The group plans to apply Tuesday to the Food and Drug Administration
to get “corn sugar” approved as an alternative name for food labels.
could take two years, but that’s not stopping the industry from using
the term now in advertising. There’s a new online marketing campaign at
and on television. Two new commercials try to alleviate shopper
confusion, showing people who say they now understand that “whether
it’s corn sugar or cane sugar, your body can’t tell the difference.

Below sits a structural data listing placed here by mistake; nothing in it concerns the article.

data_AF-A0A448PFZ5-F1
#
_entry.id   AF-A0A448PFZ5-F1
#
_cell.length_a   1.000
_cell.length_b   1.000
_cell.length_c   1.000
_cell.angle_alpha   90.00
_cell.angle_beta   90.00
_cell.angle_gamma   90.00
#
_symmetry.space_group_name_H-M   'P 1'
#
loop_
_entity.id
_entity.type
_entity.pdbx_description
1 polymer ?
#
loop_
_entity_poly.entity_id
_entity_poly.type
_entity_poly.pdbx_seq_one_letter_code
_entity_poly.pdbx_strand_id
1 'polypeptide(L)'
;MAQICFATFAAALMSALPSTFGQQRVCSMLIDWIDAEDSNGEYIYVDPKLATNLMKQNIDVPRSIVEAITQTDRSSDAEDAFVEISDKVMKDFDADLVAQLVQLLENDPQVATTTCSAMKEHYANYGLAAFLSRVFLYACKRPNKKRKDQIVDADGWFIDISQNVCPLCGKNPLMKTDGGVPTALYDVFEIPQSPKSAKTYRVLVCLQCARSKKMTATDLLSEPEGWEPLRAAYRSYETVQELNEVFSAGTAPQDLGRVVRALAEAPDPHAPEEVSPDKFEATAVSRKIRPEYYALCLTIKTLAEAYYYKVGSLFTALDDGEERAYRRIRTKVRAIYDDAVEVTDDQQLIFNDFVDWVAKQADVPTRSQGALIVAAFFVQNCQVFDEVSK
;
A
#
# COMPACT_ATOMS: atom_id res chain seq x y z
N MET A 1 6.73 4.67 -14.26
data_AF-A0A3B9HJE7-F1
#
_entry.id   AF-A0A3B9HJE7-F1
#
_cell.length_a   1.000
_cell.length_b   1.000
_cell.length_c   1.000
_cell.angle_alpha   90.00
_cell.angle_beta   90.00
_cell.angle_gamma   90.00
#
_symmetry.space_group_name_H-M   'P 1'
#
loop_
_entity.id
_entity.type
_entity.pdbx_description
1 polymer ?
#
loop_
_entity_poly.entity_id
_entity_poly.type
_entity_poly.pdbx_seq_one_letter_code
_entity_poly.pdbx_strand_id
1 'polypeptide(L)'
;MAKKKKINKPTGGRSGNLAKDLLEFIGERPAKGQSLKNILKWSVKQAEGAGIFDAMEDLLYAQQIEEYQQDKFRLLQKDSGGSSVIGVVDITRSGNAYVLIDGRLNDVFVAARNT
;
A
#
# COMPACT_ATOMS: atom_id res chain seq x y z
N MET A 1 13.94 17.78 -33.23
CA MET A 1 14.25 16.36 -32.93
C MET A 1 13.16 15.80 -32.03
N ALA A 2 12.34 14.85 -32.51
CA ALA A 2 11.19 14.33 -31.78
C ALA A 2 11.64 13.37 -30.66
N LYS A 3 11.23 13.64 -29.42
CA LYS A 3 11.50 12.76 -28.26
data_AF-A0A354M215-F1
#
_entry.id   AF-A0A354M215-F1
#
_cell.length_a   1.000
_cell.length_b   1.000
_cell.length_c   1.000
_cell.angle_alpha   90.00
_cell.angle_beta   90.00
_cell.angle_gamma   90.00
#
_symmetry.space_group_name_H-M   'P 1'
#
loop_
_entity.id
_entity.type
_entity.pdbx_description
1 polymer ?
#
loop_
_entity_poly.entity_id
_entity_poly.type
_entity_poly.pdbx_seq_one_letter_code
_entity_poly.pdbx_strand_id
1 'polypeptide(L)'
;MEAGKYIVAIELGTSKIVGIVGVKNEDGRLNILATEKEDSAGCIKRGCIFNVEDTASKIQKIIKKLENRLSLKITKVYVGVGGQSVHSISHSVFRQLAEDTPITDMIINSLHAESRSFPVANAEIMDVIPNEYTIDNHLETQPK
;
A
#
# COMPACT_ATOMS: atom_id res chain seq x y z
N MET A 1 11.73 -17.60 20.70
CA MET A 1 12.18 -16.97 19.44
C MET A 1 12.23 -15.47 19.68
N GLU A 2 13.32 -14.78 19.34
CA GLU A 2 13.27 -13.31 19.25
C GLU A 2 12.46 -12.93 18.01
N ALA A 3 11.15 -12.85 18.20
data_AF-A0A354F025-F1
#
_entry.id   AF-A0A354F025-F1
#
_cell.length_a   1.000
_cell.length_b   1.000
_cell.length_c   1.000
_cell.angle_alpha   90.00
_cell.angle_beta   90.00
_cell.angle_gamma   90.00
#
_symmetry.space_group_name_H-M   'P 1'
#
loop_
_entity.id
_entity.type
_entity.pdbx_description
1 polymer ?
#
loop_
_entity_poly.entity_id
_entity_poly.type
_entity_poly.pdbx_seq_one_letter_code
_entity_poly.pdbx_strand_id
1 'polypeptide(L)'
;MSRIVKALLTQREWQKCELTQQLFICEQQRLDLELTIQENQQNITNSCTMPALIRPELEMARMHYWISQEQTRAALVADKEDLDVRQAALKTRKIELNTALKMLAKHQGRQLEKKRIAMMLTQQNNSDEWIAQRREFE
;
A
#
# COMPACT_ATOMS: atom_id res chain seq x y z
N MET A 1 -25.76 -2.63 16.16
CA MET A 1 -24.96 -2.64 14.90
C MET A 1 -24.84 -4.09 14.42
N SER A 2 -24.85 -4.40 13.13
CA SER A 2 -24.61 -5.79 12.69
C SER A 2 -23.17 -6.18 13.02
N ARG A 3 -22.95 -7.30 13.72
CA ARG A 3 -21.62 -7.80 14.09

Sugar is sugar.”
Renaming products has succeeded before. For example, low eurcic acid rapeseed oil became much more popular after becoming “canolaoil” in 1988. Prunes tried to shed a stodgy image by becoming “dried plums” in 2000.
The new name would help people understand the sweetener, said Audrae Erickson, president of the Washington-based group.
“It has been highly disparaged and highly misunderstood,” she said. She declined to say how much the campaign costs.